Book Simple: The Agent of Nemesis Jul20

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Book Simple: The Agent of Nemesis


a life-in-books by Amy Brown

I am the queen of plans that go awry.  If I need to drive two-hundred miles for a business trip, inevitably that will be the time my car air conditioning will go on the fritz.  Given the choice of freeway exit A or B, I will choose the wrong one, every time, and circle my desired location like an enraged buzzard.  The cap falls off my pepper mill when I’m cooking; my skirt seam splits when I bend to pick up my dropped keys.  I’ve never arrived at a hotel elegantly in my whole life. So it is with a sense of awe that I watch Edmond Dantes lay his plans for what’s left of his blighted life in the second half of The Count of Monte Cristo.  (Speaking of things going haywire, I’m going to Anglicize all the names, as I noticed last week’s column didn’t handle the accents aigu or grave particularly well.)

After Dantes found his friend, the Abbe Faria, “the sight of an old man clinging to life with so desperate a courage, gave a fresh turn to [Edmond’s] ideas, and inspired him with new courage.”  The pair plot their escape.  When those plans are foiled, the Abbe reveals to Dantes, “the child of [his] captivity,” of the existence of a vast treasure hidden in the Island of Monte Cristo.  “The abbe did not know the Island of Monte Cristo; but Dantes knew it, and had often passed it…a rock of almost conical form, which looks as though it had been thrust up by volcanic force from the depth to the surface of the ocean.”  Just so is Edmond Dantes thrust into action by the wealth the Abbe described.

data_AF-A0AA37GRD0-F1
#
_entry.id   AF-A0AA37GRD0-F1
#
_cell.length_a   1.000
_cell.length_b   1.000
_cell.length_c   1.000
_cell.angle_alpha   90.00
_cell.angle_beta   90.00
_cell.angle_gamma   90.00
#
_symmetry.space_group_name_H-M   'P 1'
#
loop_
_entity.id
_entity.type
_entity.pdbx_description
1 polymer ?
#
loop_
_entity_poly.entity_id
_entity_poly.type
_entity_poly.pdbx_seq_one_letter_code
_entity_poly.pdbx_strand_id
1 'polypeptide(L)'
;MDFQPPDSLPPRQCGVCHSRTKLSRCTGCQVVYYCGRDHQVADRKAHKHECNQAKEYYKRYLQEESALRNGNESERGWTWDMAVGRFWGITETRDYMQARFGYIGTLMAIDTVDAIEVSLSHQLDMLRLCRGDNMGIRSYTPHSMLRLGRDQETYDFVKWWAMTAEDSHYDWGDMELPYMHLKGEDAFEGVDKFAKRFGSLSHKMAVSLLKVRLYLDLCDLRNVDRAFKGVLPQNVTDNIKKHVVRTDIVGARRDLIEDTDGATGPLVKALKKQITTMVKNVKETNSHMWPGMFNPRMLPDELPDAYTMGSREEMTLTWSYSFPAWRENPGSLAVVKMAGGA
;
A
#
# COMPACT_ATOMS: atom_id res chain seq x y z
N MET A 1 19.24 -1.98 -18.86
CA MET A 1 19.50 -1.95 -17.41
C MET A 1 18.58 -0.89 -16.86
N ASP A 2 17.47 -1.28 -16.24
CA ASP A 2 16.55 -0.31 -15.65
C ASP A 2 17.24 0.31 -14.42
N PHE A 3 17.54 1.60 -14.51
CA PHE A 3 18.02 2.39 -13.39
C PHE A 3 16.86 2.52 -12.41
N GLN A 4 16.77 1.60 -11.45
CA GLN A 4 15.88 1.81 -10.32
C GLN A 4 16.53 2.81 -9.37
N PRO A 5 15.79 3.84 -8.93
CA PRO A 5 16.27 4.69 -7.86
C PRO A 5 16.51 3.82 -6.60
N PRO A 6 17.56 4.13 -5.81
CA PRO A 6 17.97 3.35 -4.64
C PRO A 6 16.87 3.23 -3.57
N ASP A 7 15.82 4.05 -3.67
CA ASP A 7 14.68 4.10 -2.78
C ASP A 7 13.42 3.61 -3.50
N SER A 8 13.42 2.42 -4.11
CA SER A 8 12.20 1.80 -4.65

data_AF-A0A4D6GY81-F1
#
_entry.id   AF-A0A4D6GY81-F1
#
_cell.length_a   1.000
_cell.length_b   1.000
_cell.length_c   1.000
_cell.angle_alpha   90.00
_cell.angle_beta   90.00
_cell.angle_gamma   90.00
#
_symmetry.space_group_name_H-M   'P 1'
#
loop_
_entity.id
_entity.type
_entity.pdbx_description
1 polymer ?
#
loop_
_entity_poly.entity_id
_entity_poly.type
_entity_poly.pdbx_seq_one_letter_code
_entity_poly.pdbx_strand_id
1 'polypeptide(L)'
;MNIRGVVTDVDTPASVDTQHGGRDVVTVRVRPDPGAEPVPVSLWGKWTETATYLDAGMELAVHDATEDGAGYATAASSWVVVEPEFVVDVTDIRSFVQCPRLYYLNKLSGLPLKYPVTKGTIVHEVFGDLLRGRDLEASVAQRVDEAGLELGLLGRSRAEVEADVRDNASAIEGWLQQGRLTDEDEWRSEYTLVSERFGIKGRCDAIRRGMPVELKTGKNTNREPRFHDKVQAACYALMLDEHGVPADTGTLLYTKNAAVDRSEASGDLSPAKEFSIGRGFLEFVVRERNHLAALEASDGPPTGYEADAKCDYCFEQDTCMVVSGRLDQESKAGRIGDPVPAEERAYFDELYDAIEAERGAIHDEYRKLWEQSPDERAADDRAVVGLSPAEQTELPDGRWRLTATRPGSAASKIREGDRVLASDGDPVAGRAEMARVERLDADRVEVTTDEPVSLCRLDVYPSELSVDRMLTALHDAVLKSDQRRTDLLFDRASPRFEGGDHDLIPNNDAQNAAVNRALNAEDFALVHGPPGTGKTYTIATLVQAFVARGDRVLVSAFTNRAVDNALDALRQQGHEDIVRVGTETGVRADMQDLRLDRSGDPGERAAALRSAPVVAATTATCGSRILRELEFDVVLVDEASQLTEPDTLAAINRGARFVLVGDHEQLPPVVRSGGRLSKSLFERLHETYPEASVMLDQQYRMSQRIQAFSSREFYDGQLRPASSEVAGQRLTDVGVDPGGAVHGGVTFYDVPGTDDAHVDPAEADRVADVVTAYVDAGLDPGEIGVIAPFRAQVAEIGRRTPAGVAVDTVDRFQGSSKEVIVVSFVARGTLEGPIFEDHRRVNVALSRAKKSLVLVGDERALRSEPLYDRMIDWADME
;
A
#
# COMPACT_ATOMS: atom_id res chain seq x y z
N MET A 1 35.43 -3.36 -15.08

Boat view of the Island of Monte Cristo

The wealth Dantes discovers on the Island of Monte Cristo allows him to return to Marseilles where his years in prison mask his previous identity.  There Edmond sees how well “heaven recompenses virtue.”  His father has died of starvation.  His former employer M. Morel, who “wrote, implored, threatened and so energetically [tried to intercede on Edmond’s behalf] that on the second restoration he was persecuted as a Bonapartist,” has lost his ships and been driven nearly to bankruptcy.   Meanwhile the two men who falsely accused Dantes of treason have risen through French society’s ranks to their highest echelons.  Danglars, after speculating in the Spanish markets, “is a millionaire, and they have made him a baron,” while Fernand rose through the army’s ranks, wedding Edmond’s beloved Mercedes along the way.

Bit by bit, Edmond collects the proofs and pieces he will need to bend these circumstances to his will.  Dantes collects the purse Morel left to pay his father’s bills and uses it to receipt Morel’s devastating debts.  The man who becomes the Count of Monte Cristo believes himself to be an agent of Nemesis; “I have been heaven’s substitute to recompense the good,” Dantes cries, after his plot to restore Morel’s business succeeds, “now the god of vengeance yields to me his power to punish the wicked!”

One of the great joys of this novel is how slowly Dantes becomes the Count of Monte Cristo, while incrementally his schemes tick into place as calculatedly as a sculpture by George Rhodes.  The Count is brilliant, and he is resolute, and he is ruthless.  Besides his financial manipulations, Dantes cultivates friendships with the children of the men and the woman who have betrayed him.  These offspring are to be mere pawns in his terrible chess game of vengeance.

The plotting and pace of the novel make it such an engrossing read, and I wouldn’t spoil all the twists and turns by summarizing them here, even if I could.  But I will tell you that something wonderful happens when the Count discovers his own careful plans gone awry, when Dantes finds himself admiring “noble heart” Fernand’s son, when he discovers a kinship with Haidee, another victim of his enemy’s vicious ambition.  Can the Count of Monte Cristo forgive?  You’ll have to read the book to find out.

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